The training of quantitative basic scientists in clinically-related imaging science is increasingly important. Excellent imaging sciences are well represented at Penn in multiple schools, but no formal integration of efforts in graduate training existed, nor was there a formal clinical component to the training until the creation of the Training Program in Biomedical Imaging and Informational Sciences. Established in 2006 under the auspices of the HHMI-NIBIB Interfaces Initiative, the program represents a partnership led by the Institute for Medicine and Engineering and the Department of Radiology in collaboration with many other Departments across multiple Schools. Our premise is that the most successful research and technologies in quantitative imaging science are those that integrate clinical relevance, mathematical rigor, and engineering finesse. Accordingly, the program embraces strong clinical exposure alongside analytical imaging science. The objective is to develop a new kind of interdisciplinary training by ensuring that students attain a level of integration that woud allow them to become the next generation of leaders in hypothesis-driven, clinically focused biomedical imaging research. Program outcomes to date are strong across all impact measures, indicating successful progress toward training objectives: publications (107);numerous research awards and distinctions;and recruitment of 6 URM and disadvantaged trainees. A formalized curriculum, the doctoral foundation, developed for the program provides 18 months of vertical integration of the core didactic elements of biomedicine and basic science education in biomedical imaging through 4 components, two of them Foundational, followed by Integrative and Professional components. In the first, Foundations in Biomedical Science (2 courses), students participate in modified modules 1 and 2 of the medical student curriculum that teaches the Core Principles of Medicine (including Gross Anatomy) and a 12- month sequence of organ systems medicine, Integrative Systems and Diseases. This is complemented by 4 courses in Foundations of Imaging Science: Molecular Imaging, Biomedical Image Analysis, Fundamental Techniques of Imaging, and Mathematics of Medical Imaging &Measurements. The third component is an Integrative Module: Advanced Biomedical Imaging Applications and Biomedical Image Sciences Seminars. The fourth component is Professional Training: Responsible Conduct of Research, Teaching Practicum, Patient-Oriented Research Training, Research 'Survival'Skills, and Career Development Skills. The core curriculum is complemented by many elective courses offered through the program faculty and tailored to Biomedical Imaging. Obligatory Laboratory Rotations will be offered through the laboratories of the participating faculty. To ensure that the thesis research is directed to translational medicine through the solution of discrete clinical problems, trainees will be co-advised by members of the clinical and basic science faculty.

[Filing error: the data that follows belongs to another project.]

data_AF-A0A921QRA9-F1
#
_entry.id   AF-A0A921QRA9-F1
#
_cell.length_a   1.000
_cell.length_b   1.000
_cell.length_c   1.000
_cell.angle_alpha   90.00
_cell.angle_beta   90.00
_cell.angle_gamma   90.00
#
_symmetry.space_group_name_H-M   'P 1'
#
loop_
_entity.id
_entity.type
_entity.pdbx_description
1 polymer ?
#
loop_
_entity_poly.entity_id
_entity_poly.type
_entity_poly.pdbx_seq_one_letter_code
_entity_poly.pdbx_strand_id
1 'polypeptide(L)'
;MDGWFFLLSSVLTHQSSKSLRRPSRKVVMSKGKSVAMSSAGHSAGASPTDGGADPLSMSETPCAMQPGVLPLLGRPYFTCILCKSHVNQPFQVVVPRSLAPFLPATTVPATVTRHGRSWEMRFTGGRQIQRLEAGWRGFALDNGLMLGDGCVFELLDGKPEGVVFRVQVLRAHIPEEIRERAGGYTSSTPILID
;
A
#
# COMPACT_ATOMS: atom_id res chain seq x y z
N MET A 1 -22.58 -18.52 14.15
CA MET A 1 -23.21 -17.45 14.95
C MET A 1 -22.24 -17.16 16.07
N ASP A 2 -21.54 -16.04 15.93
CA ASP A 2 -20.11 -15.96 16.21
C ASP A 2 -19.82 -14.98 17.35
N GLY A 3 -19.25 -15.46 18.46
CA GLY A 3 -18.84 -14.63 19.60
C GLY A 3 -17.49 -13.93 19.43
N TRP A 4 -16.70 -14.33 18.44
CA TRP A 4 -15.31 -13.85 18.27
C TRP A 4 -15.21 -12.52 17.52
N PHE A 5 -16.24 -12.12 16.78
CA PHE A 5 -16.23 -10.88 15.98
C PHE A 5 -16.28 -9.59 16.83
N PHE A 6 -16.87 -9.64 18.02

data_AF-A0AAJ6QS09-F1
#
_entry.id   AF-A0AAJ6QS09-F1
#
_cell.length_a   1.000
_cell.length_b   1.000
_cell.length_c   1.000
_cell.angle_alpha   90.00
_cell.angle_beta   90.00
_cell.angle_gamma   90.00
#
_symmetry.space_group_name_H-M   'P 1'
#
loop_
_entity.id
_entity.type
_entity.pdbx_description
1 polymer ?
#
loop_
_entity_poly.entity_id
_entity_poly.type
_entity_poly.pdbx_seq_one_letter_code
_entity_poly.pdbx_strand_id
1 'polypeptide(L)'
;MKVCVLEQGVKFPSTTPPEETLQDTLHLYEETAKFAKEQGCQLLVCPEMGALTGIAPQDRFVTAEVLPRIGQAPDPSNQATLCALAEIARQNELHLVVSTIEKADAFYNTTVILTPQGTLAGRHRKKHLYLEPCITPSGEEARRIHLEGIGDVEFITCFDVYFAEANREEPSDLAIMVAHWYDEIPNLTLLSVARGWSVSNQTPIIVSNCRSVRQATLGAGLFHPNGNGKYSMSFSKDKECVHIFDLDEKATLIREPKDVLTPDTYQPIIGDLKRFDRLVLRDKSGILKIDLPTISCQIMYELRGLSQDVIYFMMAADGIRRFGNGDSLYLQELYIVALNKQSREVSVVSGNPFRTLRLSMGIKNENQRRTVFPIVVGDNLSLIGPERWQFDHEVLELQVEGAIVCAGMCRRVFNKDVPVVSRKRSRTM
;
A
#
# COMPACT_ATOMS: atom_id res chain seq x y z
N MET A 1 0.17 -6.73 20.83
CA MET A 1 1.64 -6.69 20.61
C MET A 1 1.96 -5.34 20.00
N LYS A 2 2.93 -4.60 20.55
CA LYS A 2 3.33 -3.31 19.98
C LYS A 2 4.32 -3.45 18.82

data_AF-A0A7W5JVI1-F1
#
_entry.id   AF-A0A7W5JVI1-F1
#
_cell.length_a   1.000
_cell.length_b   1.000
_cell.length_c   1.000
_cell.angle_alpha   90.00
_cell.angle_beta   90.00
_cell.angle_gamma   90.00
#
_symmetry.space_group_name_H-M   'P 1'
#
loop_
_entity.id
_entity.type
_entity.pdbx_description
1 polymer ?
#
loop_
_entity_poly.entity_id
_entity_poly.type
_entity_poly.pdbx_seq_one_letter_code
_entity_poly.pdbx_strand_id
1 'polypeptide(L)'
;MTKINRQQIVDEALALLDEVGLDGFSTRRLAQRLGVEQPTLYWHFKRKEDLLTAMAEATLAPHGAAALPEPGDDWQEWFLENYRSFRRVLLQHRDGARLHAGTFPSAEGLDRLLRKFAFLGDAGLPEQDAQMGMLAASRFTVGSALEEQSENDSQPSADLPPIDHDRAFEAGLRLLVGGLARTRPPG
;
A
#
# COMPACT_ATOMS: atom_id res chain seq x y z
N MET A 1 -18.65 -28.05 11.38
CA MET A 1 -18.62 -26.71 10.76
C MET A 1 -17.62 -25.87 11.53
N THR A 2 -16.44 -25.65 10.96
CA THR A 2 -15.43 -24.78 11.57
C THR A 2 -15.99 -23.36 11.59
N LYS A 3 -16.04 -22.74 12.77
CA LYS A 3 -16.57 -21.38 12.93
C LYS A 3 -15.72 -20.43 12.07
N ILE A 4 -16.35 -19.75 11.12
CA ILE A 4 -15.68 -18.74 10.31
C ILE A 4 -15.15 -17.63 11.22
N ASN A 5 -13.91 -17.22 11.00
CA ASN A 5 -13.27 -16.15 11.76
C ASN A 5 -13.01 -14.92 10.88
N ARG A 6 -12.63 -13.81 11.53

Imaging sciences are of great importance in current medical practice and to the future of diagnostic, investigative, and prognostic medicine. However, the PhD training of US imaging scientists, critical for research advancements in this interdisciplinary field, is deficient in formal training in anatomy, physiology, basic biomedicine and the clinical considerations that factor into many imaging circumstances. Our program addresses this deficit by immersive medical school coursework concomitant with advanced training in imaging and by recognizing that exceptional students are required to meet the demands of a vertically integrated program. Our ultimate goal is to develop a new kind of interdisciplinary training by ensuring that students attain a level of integration that would allow them to become the next generation of leaders in hypothesis-driven, clinically focused biomedical imaging research.